"And—when you leave Trennach?" she asked, her clear eyes, clear this evening as amber, gazing out, as if she would fain see into the future.

"Oh, it will be all right when I leave Trennach; I shall get along well," returned Frank, in his light, sanguine fashion. "I—I don't care to praise myself, Daisy, but I am clever in my profession; and a clever man must make his way in it. Perhaps I should purchase a share in a West-end practice in town; or perhaps set up on my own account in that desirable quarter."

The bright hope of anticipation lighted Daisy's beautiful eyes. Frank changed his tone to one of the sweetest melody. At least, it sounded so to her ear.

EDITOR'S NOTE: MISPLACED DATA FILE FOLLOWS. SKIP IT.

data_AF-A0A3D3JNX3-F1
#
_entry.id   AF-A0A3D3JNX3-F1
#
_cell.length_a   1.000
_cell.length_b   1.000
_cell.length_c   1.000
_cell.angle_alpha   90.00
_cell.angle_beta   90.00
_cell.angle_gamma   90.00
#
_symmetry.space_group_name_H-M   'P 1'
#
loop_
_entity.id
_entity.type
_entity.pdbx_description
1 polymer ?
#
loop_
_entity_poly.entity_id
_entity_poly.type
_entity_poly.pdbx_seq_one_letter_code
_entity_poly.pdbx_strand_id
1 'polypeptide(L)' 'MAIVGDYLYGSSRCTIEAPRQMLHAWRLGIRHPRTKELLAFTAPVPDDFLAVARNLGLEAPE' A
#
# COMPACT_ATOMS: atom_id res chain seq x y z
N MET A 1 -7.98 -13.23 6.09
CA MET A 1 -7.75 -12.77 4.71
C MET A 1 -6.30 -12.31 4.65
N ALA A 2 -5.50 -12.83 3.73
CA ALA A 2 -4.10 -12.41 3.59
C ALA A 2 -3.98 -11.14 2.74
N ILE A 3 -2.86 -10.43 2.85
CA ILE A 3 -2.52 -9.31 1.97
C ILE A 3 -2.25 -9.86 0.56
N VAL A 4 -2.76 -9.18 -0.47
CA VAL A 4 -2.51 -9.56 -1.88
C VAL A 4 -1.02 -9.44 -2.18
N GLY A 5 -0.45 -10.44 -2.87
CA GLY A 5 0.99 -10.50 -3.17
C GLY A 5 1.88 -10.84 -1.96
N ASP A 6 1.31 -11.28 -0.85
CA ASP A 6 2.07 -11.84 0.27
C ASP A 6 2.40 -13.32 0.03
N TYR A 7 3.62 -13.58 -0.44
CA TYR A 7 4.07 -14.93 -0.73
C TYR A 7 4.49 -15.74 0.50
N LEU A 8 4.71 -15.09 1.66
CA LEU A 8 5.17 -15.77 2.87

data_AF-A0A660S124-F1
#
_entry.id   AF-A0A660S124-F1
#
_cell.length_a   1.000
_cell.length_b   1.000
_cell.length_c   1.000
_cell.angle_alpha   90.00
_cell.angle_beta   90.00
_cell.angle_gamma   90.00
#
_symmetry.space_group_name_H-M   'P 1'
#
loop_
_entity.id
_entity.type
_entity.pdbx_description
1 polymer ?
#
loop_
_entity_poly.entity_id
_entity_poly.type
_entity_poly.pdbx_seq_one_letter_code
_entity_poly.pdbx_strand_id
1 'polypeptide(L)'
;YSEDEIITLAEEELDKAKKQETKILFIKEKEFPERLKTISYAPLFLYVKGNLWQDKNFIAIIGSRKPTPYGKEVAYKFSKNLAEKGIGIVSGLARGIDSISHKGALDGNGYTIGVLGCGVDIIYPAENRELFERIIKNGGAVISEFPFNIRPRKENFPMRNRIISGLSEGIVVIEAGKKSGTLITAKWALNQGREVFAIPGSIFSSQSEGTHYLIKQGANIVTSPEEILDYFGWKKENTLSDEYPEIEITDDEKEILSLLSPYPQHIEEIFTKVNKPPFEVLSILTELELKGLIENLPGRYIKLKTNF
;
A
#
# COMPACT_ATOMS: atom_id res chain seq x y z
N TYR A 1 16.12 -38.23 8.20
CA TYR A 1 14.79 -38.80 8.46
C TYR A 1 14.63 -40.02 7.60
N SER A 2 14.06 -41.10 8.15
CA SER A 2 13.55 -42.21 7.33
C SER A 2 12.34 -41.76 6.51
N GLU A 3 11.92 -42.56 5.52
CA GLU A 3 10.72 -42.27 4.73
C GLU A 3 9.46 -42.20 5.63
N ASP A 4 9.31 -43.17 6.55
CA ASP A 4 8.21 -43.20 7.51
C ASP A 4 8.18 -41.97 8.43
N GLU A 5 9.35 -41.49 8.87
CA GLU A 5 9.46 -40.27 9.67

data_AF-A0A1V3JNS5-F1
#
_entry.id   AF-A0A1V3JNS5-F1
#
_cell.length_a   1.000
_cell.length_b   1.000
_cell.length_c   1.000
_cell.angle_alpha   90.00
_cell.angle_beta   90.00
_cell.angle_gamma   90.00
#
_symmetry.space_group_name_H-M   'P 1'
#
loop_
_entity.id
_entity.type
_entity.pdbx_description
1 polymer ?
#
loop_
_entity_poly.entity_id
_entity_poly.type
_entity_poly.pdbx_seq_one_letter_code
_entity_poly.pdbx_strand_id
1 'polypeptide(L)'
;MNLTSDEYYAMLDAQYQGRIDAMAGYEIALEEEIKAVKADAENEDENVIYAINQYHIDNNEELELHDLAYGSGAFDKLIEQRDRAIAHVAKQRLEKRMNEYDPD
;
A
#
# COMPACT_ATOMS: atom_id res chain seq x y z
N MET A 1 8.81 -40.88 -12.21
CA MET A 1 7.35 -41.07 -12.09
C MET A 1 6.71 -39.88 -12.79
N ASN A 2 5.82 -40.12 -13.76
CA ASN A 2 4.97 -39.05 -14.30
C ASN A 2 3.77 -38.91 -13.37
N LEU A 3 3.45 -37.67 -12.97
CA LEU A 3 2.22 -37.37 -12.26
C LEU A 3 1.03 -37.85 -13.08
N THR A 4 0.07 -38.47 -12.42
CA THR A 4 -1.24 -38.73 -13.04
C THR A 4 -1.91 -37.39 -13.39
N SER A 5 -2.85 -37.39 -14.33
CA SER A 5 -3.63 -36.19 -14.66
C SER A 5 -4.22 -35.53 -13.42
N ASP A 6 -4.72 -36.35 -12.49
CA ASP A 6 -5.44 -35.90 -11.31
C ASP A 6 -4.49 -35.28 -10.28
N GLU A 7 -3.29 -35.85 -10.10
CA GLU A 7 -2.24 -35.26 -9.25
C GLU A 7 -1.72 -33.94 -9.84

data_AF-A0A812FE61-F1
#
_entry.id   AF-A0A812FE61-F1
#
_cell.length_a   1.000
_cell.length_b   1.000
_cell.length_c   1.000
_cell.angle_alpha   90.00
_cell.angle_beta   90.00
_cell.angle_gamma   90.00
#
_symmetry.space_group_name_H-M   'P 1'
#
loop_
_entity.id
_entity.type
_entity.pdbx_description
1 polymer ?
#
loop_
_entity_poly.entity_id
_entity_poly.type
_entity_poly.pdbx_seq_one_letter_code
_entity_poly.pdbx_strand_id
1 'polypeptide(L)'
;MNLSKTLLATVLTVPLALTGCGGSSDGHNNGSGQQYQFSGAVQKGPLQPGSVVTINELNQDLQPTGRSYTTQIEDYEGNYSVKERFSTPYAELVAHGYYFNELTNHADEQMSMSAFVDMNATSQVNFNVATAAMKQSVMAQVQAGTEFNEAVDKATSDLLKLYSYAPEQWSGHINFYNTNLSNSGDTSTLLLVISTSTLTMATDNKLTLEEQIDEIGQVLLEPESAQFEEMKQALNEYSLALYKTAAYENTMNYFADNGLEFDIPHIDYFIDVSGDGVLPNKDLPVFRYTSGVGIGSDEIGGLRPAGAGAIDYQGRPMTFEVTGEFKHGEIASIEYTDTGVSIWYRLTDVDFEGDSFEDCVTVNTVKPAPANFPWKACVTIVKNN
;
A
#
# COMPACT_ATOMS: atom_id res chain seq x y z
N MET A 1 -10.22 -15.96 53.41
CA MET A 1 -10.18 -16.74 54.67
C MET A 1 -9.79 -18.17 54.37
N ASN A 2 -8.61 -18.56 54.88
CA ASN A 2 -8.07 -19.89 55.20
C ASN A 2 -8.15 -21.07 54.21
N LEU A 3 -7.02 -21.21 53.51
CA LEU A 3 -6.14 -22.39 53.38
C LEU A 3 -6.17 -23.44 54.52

"And with one gentle spirit at my hearth to cheer and guide me, the world will be to me as a long day in Paradise. My best and dearest you know what spirit it is that I covet. Will she say me nay?"

She did not say anything just now; but the trembling

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